Dear New Orleans,
I had to write to you to let you know I love you. I know I don’t get to see you very often, but you know how busy I’ve been growing up. But just because I haven’t been able to get to see you as often as I used to, doesn’t mean that I’ve forgotten about you.
I can’t remember when we first met. I was a baby at the time. It had to have been sometime in 1980, since I was born at the end of 1979. I don’t remember when I first started loving you. I don’t think I realized I did at the time.
I complained about your constant sweltering heat. I mean, being born in Texas, you have to admit you provide a special kind of heat that one has to acclimate to. I think another part of the negative connotation was the fact that Dad always sent me your way every summer for 2 months of torture at Aunt Stephanie’s “Fat Camp”. The heat isn’t cute when you have to ride a bike 3 miles twice a day and there is no central air in the house.
I also associate you with the negativity I got from my cousins. You know them, I think most of them have or still are residents at your fine state funded establishments. You probably knew when they were young that it was just a matter of time before you brought them into your prison fold to prevent them from killing themselves doing the shit they were doing. I suppose I should thank you for that. Yeah they can be pretty awful and self-centered, but in the end, they are family and I wouldn’t want anything bad to happen to them.
I think as a child I didn’t appreciate what you had to offer. I didn’t appreciate the simplicity of it all. The watermelon patches outside my grandparent’s house where we could break one open and sit on the porch screen eating watermelon and escaping the heat. I remember complaining about to help in the garden picking fresh snap peas and having to help my Mama Carrie in the kitchen by snapping a huge bucket full of them for family dinners. It’s not until I grew up that I realize that sitting at the kitchen with my cousin snapping peas and talking to my grandmother was one of the greatest gifts I had. I remember the treat it was to get .50 cents to walk down to the candy lady’s house and get some chocolate or a huck-a-buck and walk around the neighborhood munching on the frozen sweet ice. There was never a fear of poisoning children or being kidnapped. Family reunions always happened on the 4th of July, and we’d end the night with tons of fireworks without fear that the cops would come and tell us we weren’t allowed to set them off. Man, the first time that happened in Texas I was confused.. “It’s the 4th, why can’t we pop firecrackers?” I remember going to fishing with Pop. Sometimes it would just be him and me, sitting in his boat talking about whatever. I felt like the most important little girl when Pop took me fishing, just the two of us. I recall sitting outside under the stars, (because I could see them when I was with you as opposed to them being hidden by the bright lights of the city in Texas), and feeling relaxed, safe… feeling like I was home.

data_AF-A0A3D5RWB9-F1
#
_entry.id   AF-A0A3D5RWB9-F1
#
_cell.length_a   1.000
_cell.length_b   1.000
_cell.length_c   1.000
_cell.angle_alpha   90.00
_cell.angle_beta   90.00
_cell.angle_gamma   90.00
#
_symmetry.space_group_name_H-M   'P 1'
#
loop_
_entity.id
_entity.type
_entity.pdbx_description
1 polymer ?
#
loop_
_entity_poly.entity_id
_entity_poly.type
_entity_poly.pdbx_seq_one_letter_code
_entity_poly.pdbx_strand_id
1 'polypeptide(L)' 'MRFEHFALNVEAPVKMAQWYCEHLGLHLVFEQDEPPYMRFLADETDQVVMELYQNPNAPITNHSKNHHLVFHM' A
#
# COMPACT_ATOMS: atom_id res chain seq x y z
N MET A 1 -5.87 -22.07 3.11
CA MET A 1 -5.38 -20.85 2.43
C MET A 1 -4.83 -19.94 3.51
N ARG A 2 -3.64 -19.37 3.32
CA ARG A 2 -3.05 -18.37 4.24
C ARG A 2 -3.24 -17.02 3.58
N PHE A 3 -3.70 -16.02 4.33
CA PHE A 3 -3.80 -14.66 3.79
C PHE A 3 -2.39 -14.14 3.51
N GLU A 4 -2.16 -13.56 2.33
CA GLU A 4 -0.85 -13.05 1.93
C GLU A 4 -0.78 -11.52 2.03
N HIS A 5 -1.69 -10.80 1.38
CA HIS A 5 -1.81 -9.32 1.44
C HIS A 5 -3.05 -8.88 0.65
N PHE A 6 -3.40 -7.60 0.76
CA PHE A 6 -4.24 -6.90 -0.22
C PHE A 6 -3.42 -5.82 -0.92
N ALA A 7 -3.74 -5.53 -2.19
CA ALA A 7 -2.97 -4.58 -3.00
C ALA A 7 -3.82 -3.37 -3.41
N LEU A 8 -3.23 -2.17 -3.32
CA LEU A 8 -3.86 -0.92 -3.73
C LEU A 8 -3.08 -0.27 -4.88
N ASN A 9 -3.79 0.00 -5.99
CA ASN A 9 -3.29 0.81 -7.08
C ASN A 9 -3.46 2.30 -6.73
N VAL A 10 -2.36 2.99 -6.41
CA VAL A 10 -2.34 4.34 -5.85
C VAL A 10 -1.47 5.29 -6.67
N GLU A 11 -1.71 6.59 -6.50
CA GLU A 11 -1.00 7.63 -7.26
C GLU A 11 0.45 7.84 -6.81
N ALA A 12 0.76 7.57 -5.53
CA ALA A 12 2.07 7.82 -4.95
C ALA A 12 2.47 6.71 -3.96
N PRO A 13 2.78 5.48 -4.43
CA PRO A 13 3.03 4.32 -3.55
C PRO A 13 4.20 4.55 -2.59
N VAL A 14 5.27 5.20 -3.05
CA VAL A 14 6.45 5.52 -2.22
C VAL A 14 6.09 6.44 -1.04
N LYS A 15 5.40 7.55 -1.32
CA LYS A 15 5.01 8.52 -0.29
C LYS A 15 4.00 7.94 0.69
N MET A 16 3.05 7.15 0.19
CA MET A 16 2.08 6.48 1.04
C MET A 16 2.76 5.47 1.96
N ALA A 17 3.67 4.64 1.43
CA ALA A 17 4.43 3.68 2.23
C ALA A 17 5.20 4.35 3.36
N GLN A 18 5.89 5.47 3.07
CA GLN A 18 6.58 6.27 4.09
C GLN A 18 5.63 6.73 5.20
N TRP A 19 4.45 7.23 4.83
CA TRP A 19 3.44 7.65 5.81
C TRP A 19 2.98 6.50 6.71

As I grew up I recall visiting you during the Bayou Classic on Thanksgiving weekend. Walking around the French Quarter and soaking in the friendly environment, the atmosphere of laissez les bons temps rouler. The food and the music, oh my goodness, the music in the Quarter filled me with pride and joy. Dancing in the streets, everyone smiling, having a great time, how I loved visiting during that time.
You’ve been through a lot in the past 5 years. I recall coming to see you shortly after Katrina. As my father and I drove in from the Airport, our hearts sank as we went through the Lower 9. I think it was then that I realized how much you meant to me. Seeing the boarded up houses, completely vacant streets and when we did see someone, the glimmer in their eye was slightly fainter than normal. I remember being so angry wondering why the government wasn’t helping as much as they should’ve and could’ve. I know you felt forgotten and underappreciated. I was angry, I was hurt because a place that I felt was home had changed so dramatically. Sure, outsiders see you as a party spot; but people who know you and love you know that you possess so much culture, history and warmth.
Then just when the scar has worn subsided just a little bit, these idiots spill oil on your shore. Everyone is pointing blame, wondering what happened, how did this happen? We’re finding out that the equipment was not as safe as it should’ve been. The government is trying to step in to ensure this doesn’t happen again.
But what about now? You, New Orleans, are suffering now… again.
It’s enough to make you feel like a red headed stepchild, I’m sure. But please know, these idiots in the Federal Government, these people who push paper and aren’t with you to feel your pain, they don’t speak for the rest of us. They don’t speak for me.
As a person whose roots are deeper in you than I thought, I just want you to know I still love you. I still care. I pray for you constantly. I know you will again rise above this, because that’s what you do. No matter what the “powers that be” try to decide for you, you will rise on your own terms, in your own way, because that’s what’s routed in your children and your children’s children.
Laissez les bons temps rouler forever and ever.